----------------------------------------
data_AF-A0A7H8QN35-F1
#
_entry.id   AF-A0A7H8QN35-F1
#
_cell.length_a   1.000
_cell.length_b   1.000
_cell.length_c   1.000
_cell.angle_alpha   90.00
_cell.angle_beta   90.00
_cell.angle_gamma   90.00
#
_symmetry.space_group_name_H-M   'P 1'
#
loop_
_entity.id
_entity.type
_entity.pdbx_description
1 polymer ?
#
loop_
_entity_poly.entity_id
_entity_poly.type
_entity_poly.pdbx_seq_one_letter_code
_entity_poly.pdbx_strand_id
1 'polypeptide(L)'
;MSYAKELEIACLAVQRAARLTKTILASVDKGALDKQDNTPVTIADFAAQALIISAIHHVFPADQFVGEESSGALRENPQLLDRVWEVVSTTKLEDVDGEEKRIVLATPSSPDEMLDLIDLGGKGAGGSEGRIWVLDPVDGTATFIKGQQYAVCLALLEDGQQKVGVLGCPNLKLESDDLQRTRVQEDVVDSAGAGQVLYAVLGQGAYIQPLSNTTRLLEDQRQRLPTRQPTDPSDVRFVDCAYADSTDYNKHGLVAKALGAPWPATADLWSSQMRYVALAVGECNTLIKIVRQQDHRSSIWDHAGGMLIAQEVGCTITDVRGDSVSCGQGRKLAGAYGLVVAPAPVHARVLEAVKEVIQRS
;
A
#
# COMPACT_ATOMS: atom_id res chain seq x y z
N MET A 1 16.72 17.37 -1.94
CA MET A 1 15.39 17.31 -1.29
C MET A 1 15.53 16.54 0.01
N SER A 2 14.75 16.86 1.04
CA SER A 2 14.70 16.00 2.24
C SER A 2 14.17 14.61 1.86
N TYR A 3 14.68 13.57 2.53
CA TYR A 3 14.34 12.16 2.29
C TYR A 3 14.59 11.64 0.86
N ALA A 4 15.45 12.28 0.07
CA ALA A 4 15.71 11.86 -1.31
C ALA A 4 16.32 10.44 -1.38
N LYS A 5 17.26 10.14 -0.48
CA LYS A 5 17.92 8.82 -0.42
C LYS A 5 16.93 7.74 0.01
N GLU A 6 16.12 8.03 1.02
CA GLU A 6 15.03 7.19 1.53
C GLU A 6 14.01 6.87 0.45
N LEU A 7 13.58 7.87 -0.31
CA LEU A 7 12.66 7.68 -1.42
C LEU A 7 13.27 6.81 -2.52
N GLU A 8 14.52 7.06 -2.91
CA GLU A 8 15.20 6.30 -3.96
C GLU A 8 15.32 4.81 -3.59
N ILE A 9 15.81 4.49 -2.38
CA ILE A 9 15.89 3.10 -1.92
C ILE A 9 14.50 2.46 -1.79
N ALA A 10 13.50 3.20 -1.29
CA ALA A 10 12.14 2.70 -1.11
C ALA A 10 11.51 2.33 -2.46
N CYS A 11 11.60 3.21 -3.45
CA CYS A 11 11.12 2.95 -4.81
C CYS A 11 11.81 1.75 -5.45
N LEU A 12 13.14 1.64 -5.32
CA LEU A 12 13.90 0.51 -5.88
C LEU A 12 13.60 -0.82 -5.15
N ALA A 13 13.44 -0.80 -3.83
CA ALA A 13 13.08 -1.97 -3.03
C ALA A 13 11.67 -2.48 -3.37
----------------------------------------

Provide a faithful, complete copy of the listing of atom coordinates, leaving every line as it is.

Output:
data_AF-A0A7H8QN35-F1
#
_entry.id   AF-A0A7H8QN35-F1
#
_cell.length_a   1.000
_cell.length_b   1.000
_cell.length_c   1.000
_cell.angle_alpha   90.00
_cell.angle_beta   90.00
_cell.angle_gamma   90.00
#
_symmetry.space_group_name_H-M   'P 1'
#
loop_
_entity.id
_entity.type
_entity.pdbx_description
1 polymer ?
#
loop_
_entity_poly.entity_id
_entity_poly.type
_entity_poly.pdbx_seq_one_letter_code
_entity_poly.pdbx_strand_id
1 'polypeptide(L)'
;MSYAKELEIACLAVQRAARLTKTILASVDKGALDKQDNTPVTIADFAAQALIISAIHHVFPADQFVGEESSGALRENPQLLDRVWEVVSTTKLEDVDGEEKRIVLATPSSPDEMLDLIDLGGKGAGGSEGRIWVLDPVDGTATFIKGQQYAVCLALLEDGQQKVGVLGCPNLKLESDDLQRTRVQEDVVDSAGAGQVLYAVLGQGAYIQPLSNTTRLLEDQRQRLPTRQPTDPSDVRFVDCAYADSTDYNKHGLVAKALGAPWPATADLWSSQMRYVALAVGECNTLIKIVRQQDHRSSIWDHAGGMLIAQEVGCTITDVRGDSVSCGQGRKLAGAYGLVVAPAPVHARVLEAVKEVIQRS
;
A
#
# COMPACT_ATOMS: atom_id res chain seq x y z
N MET A 1 16.72 17.37 -1.94
CA MET A 1 15.39 17.31 -1.29
C MET A 1 15.53 16.54 0.01
N SER A 2 14.75 16.86 1.04
CA SER A 2 14.70 16.00 2.24
C SER A 2 14.17 14.61 1.86
N TYR A 3 14.68 13.57 2.53
CA TYR A 3 14.34 12.16 2.29
C TYR A 3 14.59 11.64 0.86
N ALA A 4 15.45 12.28 0.07
CA ALA A 4 15.71 11.86 -1.31
C ALA A 4 16.32 10.44 -1.38
N LYS A 5 17.26 10.14 -0.48
CA LYS A 5 17.92 8.82 -0.42
C LYS A 5 16.93 7.74 0.01
N GLU A 6 16.12 8.03 1.02
CA GLU A 6 15.03 7.19 1.53
C GLU A 6 14.01 6.87 0.45
N LEU A 7 13.58 7.87 -0.31
CA LEU A 7 12.66 7.68 -1.42
C LEU A 7 13.27 6.81 -2.52
N GLU A 8 14.52 7.06 -2.91
CA GLU A 8 15.20 6.30 -3.96
C GLU A 8 15.32 4.81 -3.59
N ILE A 9 15.81 4.49 -2.38
CA ILE A 9 15.89 3.10 -1.92
C ILE A 9 14.50 2.46 -1.79
N ALA A 10 13.50 3.20 -1.29
CA ALA A 10 12.14 2.70 -1.11
C ALA A 10 11.51 2.33 -2.46
N CYS A 11 11.60 3.21 -3.45
CA CYS A 11 11.12 2.95 -4.81
C CYS A 11 11.81 1.75 -5.45
N LEU A 12 13.14 1.64 -5.32
CA LEU A 12 13.90 0.51 -5.88
C LEU A 12 13.60 -0.82 -5.15
N ALA A 13 13.44 -0.80 -3.83
CA ALA A 13 13.08 -1.97 -3.03
C ALA A 13 11.67 -2.48 -3.37